Saturday, 12 January 2008

Socialism, Venezuela-style

It is not easy to compare the standards of living between different countries with very different taxation systems and prices. Still, I wanted to compare the ratio of deputy/teacher salaries in Venezuela and in a European country like Germany. Salaries in most other countries are more or less lower, but the ratio between salaries for teachers and deputies is more or less the same as in Germany.

A Venezuelan teacher (single, no child) earns monthly around 1300 Bs plus Bs 206 in meal tickets (which are not counted for their pension later on). They also get 3 month bonus at the end of the year.

A Venezuelan deputy earns like a satrap: 16000 Bs. a month plus 10 months of salary as bonus PLUS expenses for trips and other work-related issues. That is much more than what a German deputy earns in absolute terms and Venezuela's prices and taxes are in general much lower than Germany's.

It was not only in Medo-Persian times, but also
in these times of the XXI century socialism

The salaries of Venezuelan deputies are nothing special for Chavez's top level administration. We thank this information to a well-known Venezuelan priest-journalist, padre José Palmar

A Venezuelan teacher does not pay income taxes because she does not earn enough to pay them. I am still not sure about the amount of taxes Venezuelan deputies pay. I will try to find out about that, but it is going to be difficult: transparency is not Venezuela's official motto.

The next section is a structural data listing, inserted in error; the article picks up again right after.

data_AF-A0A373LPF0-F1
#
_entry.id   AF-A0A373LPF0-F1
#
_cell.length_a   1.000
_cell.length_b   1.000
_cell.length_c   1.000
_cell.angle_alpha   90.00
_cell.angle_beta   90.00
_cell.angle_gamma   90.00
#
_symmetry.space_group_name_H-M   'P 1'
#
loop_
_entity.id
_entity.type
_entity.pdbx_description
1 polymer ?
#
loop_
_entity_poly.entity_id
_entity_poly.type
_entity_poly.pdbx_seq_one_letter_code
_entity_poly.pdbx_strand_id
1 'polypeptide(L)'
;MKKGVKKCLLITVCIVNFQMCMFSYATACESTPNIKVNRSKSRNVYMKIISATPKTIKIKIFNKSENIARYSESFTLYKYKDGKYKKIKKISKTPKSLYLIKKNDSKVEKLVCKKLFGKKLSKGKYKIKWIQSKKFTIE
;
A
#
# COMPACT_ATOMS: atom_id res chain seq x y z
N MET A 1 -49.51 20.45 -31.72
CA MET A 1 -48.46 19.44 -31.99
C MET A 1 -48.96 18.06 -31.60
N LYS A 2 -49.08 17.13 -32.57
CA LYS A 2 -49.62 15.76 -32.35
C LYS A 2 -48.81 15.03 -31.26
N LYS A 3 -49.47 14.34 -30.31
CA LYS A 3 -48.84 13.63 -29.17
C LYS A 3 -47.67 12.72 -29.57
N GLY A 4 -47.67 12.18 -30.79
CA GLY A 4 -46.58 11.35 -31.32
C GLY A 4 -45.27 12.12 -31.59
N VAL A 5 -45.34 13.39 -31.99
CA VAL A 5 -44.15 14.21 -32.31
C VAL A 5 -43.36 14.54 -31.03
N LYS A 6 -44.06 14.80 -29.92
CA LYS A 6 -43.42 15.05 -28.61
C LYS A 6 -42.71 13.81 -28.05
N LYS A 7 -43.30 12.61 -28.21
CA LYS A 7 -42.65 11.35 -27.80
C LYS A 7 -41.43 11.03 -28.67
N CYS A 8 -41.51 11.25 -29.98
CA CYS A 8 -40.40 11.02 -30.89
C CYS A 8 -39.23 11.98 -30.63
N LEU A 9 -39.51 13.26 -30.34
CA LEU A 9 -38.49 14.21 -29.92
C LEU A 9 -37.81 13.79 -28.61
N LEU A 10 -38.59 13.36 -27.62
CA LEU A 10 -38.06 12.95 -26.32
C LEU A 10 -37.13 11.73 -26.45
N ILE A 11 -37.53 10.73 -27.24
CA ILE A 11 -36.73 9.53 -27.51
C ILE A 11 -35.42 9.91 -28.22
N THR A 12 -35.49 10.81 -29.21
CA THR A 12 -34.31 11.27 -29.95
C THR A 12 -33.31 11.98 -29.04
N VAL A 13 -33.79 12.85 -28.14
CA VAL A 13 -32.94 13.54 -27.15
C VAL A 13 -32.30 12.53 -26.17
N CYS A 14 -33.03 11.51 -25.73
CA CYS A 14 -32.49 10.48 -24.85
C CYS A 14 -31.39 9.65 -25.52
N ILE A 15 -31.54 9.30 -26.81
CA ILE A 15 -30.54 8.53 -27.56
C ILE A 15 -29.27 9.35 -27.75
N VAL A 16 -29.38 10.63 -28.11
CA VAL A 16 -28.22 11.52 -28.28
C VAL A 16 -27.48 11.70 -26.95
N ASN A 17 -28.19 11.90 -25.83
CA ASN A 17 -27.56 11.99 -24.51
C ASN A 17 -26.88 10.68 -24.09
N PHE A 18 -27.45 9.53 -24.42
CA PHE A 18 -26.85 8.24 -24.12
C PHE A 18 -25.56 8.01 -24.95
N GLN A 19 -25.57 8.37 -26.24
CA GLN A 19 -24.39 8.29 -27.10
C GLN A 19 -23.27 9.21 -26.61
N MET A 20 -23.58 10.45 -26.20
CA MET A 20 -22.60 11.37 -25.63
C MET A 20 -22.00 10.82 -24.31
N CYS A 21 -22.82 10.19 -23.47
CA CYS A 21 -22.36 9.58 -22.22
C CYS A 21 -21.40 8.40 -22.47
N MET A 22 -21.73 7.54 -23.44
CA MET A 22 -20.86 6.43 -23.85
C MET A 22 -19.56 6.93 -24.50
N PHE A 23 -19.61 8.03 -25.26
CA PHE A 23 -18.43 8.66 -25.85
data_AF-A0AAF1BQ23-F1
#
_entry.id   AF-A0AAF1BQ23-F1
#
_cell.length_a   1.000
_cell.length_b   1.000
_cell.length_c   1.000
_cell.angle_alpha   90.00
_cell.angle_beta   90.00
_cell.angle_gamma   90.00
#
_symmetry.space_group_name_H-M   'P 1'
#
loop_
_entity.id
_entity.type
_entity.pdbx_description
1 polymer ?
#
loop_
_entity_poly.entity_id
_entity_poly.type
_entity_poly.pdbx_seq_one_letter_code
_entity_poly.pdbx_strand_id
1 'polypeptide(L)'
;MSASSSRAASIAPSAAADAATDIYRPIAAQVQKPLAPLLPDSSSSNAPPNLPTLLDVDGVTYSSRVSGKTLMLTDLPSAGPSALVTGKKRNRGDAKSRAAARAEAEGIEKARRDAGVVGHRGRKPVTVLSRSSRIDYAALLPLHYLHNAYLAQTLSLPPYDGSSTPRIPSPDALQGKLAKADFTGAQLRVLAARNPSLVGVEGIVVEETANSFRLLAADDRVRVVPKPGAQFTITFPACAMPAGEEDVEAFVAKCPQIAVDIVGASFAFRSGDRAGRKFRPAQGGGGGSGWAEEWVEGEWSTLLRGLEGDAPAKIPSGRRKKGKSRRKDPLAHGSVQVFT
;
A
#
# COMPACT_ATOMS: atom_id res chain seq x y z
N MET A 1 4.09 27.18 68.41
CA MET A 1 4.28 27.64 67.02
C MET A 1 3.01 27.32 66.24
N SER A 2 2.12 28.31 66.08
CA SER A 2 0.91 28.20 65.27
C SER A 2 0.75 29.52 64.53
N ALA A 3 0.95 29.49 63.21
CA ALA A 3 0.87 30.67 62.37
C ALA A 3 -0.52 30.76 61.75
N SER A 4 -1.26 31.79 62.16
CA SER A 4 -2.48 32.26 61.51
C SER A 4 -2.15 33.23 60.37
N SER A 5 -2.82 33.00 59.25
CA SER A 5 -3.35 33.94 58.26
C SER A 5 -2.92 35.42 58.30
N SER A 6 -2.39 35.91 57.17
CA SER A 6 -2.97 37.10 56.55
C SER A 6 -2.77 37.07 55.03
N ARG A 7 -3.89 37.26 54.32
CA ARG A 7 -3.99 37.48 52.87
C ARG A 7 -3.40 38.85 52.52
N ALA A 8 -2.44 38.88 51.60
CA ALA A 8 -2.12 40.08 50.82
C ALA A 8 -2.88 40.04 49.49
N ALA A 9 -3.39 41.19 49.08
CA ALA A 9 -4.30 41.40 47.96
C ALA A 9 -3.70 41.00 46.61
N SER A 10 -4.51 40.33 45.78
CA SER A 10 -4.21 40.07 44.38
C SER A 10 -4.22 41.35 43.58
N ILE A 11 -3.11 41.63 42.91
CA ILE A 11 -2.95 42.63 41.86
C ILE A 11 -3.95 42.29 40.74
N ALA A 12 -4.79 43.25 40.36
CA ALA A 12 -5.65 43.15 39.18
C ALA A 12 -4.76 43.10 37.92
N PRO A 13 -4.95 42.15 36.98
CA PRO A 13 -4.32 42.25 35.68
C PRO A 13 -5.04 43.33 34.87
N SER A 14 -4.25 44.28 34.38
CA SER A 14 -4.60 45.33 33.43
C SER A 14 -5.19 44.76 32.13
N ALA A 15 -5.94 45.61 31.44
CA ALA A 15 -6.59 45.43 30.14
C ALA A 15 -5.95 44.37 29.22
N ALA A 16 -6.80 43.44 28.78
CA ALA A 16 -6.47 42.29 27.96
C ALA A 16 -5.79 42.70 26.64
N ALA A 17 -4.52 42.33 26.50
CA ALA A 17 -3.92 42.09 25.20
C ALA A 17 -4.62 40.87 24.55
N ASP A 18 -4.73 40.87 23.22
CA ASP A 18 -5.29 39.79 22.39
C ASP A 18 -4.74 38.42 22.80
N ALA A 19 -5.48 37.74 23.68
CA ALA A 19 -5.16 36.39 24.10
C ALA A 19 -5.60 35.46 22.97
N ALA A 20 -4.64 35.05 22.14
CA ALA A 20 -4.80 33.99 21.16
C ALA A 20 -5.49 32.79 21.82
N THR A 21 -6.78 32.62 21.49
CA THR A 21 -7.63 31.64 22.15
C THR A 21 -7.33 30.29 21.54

Calculating what deputies really earn is more complicated. As this site shows (one can get similar data from the German government fairly easily or by visiting the Bundestag), a single no-child Bundestag member would earn something like this:

Gross salary: 7.009,00 euro

From this he would expect to pay the following:

Income tax: 2.198,25
Solidarity payment with Eastern Germany: 120,90
Church tax (most still pay it): 197,84
Social security:274,95
Another compulsory health insurance (Pflegeversicherung): 29,96

The net income would be around 4.187,10 €

He would also get 3.647 euros for compensation work for which he will have to pay his trips to and from Berlin as well as a second flat and office if he does not live there permanently. Most deputies fall under this category as Germany is a federal state where members of the Bundestag are expected to spend quite some time in their constituencies and Berlin is far from most other big population centres in Germany. You cannot be just commuting from Munich, Cologne or Hamburg every day.

If the German Bundestag member does not spend a lot, he would give around 500 euros for a second flat in Berlin. He would also give something like 500 euros for an office there and 500 for an office in his constituency and around 1000 (this is not compulsory!) for his party if he really expects to have the chance to be elected again. The German government will pay the salary for possible assistants directly to them.

The salary of a German teacher
varies a lot depending whether he is a "Beamter", a public servant for life, or a normal employee. If he is the former and he is a single person without children, he will get 2300 euros net and will have no right to strike. If he is just a state employee (as it is the case in Eastern Germany and for some teachers in Western Germany), he would get 1600 euros (again, if single and no kids). This is a big difference, but still the dimensions are way from what we see in Venezuela.